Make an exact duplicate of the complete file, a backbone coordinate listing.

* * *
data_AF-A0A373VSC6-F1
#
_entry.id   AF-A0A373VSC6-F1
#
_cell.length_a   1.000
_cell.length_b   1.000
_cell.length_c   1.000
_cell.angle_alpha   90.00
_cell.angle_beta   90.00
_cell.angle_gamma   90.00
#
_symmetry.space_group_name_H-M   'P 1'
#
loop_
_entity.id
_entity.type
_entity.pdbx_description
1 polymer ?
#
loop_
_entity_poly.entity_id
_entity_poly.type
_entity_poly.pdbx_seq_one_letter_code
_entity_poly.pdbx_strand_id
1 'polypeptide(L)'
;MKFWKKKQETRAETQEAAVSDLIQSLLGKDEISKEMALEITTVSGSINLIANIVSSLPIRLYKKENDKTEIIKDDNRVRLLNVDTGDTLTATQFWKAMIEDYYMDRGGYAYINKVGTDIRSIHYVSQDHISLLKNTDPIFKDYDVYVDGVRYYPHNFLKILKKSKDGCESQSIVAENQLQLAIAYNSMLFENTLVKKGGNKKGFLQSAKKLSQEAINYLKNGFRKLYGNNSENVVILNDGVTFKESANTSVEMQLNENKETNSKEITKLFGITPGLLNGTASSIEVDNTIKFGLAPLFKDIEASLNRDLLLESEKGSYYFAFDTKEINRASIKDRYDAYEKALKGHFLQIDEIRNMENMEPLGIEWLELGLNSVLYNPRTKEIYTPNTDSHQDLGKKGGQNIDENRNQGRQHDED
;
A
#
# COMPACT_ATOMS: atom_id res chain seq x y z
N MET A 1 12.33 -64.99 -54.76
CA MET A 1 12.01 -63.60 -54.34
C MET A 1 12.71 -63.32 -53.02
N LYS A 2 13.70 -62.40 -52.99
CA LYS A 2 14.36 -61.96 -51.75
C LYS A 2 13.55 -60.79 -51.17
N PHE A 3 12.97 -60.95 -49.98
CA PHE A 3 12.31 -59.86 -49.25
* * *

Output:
data_AF-A0A373VSC6-F1
#
_entry.id   AF-A0A373VSC6-F1
#
_cell.length_a   1.000
_cell.length_b   1.000
_cell.length_c   1.000
_cell.angle_alpha   90.00
_cell.angle_beta   90.00
_cell.angle_gamma   90.00
#
_symmetry.space_group_name_H-M   'P 1'
#
loop_
_entity.id
_entity.type
_entity.pdbx_description
1 polymer ?
#
loop_
_entity_poly.entity_id
_entity_poly.type
_entity_poly.pdbx_seq_one_letter_code
_entity_poly.pdbx_strand_id
1 'polypeptide(L)'
;MKFWKKKQETRAETQEAAVSDLIQSLLGKDEISKEMALEITTVSGSINLIANIVSSLPIRLYKKENDKTEIIKDDNRVRLLNVDTGDTLTATQFWKAMIEDYYMDRGGYAYINKVGTDIRSIHYVSQDHISLLKNTDPIFKDYDVYVDGVRYYPHNFLKILKKSKDGCESQSIVAENQLQLAIAYNSMLFENTLVKKGGNKKGFLQSAKKLSQEAINYLKNGFRKLYGNNSENVVILNDGVTFKESANTSVEMQLNENKETNSKEITKLFGITPGLLNGTASSIEVDNTIKFGLAPLFKDIEASLNRDLLLESEKGSYYFAFDTKEINRASIKDRYDAYEKALKGHFLQIDEIRNMENMEPLGIEWLELGLNSVLYNPRTKEIYTPNTDSHQDLGKKGGQNIDENRNQGRQHDED
;
A
#
# COMPACT_ATOMS: atom_id res chain seq x y z
N MET A 1 12.33 -64.99 -54.76
CA MET A 1 12.01 -63.60 -54.34
C MET A 1 12.71 -63.32 -53.02
N LYS A 2 13.70 -62.40 -52.99
CA LYS A 2 14.36 -61.96 -51.75
C LYS A 2 13.55 -60.79 -51.17
N PHE A 3 12.97 -60.95 -49.98
CA PHE A 3 12.31 -59.86 -49.25